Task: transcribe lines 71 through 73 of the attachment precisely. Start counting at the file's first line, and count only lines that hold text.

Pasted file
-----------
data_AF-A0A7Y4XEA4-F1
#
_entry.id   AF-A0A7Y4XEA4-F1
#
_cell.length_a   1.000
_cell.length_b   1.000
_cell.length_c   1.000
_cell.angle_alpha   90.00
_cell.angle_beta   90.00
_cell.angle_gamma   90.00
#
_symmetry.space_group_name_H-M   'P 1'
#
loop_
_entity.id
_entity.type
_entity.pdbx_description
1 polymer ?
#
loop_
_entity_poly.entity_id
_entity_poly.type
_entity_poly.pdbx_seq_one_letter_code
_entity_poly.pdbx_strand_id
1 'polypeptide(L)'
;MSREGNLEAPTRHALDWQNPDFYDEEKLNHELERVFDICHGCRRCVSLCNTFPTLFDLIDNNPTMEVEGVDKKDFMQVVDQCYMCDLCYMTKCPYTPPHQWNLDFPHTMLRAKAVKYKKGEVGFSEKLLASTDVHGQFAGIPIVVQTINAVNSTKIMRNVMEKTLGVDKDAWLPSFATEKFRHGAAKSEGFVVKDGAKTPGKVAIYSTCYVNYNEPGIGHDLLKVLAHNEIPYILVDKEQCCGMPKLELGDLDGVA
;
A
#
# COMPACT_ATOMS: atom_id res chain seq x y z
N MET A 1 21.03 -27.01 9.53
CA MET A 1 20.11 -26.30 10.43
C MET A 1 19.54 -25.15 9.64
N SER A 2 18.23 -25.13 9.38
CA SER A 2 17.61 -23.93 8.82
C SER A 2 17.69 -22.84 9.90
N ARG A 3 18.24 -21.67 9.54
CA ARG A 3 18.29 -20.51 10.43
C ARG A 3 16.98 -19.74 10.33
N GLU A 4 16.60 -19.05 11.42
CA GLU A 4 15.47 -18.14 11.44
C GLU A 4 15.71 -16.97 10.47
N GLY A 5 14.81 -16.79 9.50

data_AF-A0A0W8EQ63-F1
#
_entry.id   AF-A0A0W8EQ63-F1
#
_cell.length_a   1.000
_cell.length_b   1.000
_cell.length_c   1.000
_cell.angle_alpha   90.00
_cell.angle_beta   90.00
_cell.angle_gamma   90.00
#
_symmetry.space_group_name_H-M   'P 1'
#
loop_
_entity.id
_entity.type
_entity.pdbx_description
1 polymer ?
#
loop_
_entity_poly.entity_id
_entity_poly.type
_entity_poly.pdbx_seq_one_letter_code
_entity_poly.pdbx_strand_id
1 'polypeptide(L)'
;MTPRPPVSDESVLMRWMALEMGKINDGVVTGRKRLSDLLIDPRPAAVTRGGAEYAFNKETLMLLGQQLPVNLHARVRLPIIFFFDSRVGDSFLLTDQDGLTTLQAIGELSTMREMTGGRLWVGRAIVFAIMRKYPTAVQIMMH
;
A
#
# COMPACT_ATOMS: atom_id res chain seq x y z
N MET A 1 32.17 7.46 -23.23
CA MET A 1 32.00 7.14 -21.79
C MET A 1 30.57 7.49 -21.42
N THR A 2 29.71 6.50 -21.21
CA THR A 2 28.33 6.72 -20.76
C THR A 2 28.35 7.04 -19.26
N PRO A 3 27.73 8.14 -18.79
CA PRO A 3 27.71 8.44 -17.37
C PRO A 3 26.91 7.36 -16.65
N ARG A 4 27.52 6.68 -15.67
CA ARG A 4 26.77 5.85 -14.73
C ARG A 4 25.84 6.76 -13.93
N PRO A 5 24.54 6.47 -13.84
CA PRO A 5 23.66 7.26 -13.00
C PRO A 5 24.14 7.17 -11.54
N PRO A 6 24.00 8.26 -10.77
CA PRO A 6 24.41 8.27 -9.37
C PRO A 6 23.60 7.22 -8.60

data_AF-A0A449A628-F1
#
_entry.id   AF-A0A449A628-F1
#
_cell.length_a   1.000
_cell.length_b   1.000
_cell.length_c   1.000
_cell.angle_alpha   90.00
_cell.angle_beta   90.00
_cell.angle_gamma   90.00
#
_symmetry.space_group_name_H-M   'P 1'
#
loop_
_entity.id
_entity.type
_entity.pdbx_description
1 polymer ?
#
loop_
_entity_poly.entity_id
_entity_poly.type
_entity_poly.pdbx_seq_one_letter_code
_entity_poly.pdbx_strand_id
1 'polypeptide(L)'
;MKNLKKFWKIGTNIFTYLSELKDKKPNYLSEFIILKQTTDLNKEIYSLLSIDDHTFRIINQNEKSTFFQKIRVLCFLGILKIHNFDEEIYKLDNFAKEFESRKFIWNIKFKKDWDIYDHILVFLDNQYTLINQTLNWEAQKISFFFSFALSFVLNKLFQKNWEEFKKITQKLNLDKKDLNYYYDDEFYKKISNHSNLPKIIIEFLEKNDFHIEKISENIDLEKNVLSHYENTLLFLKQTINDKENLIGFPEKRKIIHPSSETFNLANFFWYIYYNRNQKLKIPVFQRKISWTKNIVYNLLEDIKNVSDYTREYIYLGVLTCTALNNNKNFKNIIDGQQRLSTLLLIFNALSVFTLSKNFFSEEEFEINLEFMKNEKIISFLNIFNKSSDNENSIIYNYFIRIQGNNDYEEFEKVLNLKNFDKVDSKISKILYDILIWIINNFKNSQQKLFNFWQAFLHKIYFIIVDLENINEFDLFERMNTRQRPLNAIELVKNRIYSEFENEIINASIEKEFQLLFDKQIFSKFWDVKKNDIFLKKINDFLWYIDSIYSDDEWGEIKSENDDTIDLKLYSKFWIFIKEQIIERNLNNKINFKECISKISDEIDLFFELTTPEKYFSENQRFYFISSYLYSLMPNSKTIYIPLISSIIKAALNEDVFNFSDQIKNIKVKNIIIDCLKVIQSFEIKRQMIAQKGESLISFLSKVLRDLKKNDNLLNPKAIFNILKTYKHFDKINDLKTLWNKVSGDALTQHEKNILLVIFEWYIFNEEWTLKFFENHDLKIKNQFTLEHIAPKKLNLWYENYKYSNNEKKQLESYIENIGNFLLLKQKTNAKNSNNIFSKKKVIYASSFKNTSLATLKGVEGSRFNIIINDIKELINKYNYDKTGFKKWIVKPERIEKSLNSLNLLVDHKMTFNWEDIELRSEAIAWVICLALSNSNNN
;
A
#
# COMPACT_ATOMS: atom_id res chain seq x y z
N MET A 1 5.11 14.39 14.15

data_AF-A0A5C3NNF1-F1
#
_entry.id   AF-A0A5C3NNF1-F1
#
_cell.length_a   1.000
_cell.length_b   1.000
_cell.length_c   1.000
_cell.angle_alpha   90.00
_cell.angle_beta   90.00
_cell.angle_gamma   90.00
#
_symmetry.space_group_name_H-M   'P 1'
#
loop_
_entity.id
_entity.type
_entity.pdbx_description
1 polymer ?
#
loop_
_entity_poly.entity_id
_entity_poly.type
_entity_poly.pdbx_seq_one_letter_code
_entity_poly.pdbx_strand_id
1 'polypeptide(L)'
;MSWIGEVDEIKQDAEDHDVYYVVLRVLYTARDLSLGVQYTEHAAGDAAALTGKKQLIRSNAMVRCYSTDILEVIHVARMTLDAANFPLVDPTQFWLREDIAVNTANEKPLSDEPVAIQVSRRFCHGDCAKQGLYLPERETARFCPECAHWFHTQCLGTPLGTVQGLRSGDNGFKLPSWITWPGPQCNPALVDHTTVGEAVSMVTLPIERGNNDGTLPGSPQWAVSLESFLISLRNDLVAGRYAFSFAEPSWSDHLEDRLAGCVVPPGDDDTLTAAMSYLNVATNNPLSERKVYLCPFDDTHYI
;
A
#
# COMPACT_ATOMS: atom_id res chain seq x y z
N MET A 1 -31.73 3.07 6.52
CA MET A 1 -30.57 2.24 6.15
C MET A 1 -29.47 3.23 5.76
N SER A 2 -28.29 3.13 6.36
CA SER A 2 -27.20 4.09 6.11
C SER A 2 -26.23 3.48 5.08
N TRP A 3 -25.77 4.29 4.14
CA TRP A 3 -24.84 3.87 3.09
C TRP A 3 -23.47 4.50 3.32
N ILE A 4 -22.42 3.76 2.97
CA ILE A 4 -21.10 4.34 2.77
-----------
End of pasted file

A
#
# COMPACT_ATOMS: atom_id res chain seq x y z